Anonymity is the new fame

In a world where everyone is known, where our details are stored on countless databases, in which we self-publish the minutiae of our lives, the photographs, the opinions, the curricula vitae, where every move is GPS tracked, every purchase recorded, where Delphic algorithms probe our subconscious and predict our next move, where even our moment of death can be snapped and retweeted around the world, or shared on video…in such a world, who would want fame when we all have it?

We have all been cursed with the fulfilment of that adolescent fantasy… to be famous.

There is an intriguing passage in one of Ouspenky’s books (I can’t remember which) in which he said something to the effect that in order to escape through the net of time, you need to be a nobody. He believed in eternal recurrence – that we are all strapped to the wheel of recurrence, condemned to live and relive the same lives with only minor variations for aeons until some teacher or some happy alignment of the cosmos allows us an oh so narrow and brief escape route. Woe betide us if we fail to recognise it or to pass through it.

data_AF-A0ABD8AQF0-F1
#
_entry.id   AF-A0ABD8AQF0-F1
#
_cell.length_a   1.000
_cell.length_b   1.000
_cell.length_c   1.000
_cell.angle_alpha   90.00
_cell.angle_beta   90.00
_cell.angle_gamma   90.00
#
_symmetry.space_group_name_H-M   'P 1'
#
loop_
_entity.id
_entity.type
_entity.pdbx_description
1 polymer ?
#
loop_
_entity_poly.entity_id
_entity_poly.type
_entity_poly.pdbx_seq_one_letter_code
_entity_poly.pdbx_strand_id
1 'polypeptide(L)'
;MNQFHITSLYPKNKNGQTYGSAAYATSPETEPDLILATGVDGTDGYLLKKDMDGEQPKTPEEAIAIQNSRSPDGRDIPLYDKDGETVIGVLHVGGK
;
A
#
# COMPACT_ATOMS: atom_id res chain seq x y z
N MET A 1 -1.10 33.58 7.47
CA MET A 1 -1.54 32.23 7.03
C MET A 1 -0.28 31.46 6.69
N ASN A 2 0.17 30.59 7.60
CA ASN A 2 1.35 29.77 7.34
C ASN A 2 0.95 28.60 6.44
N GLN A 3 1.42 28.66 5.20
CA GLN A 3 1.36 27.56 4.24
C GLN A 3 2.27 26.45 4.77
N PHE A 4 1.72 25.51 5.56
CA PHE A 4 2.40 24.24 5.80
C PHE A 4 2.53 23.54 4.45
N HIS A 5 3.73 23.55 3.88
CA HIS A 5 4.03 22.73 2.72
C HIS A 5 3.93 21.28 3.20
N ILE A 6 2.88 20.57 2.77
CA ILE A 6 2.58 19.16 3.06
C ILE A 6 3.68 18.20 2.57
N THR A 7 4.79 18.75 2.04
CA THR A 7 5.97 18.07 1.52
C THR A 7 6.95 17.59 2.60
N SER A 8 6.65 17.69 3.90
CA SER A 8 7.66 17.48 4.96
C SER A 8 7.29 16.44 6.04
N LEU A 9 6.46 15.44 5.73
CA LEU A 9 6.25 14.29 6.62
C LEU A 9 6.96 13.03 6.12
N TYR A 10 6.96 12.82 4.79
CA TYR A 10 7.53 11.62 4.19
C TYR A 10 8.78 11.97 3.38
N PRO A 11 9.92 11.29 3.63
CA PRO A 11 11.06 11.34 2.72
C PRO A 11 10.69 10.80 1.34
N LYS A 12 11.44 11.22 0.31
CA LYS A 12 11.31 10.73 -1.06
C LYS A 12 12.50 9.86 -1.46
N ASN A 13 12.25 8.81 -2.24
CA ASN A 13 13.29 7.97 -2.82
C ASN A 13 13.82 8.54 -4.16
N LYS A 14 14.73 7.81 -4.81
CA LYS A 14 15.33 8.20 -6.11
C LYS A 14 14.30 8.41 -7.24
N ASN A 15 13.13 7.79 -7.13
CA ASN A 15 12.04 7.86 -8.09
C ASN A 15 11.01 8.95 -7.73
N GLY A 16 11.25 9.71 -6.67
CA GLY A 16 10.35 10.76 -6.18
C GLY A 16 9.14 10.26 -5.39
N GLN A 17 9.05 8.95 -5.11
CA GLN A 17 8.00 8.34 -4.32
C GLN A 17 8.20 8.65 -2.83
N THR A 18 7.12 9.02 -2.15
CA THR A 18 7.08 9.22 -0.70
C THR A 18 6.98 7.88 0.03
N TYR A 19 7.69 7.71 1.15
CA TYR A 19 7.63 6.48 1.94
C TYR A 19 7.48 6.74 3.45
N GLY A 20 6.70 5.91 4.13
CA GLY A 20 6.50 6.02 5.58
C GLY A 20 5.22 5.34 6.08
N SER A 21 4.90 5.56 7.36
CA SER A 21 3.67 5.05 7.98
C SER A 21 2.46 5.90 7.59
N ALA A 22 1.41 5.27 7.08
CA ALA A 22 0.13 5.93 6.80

But what Ouspensky also said was that to be famous, to be a great historical figure like Caesar or Napoleon is in fact a curse. On such men entire histories narratives and scripts were based. They were like the lead actors in a play, impossible to write out of the script and therefore impossible to escape from the cycle. A bit actor or a walk-on part might be able to leave the stage without anyone noticing. It’s the same with eternal recurrence – the fewer other people, things and events that are contingent on your existence, the easier it will be.

To slip through the net of time, you really want to be a nobody. Those of us who can remain anonymous are the lucky ones.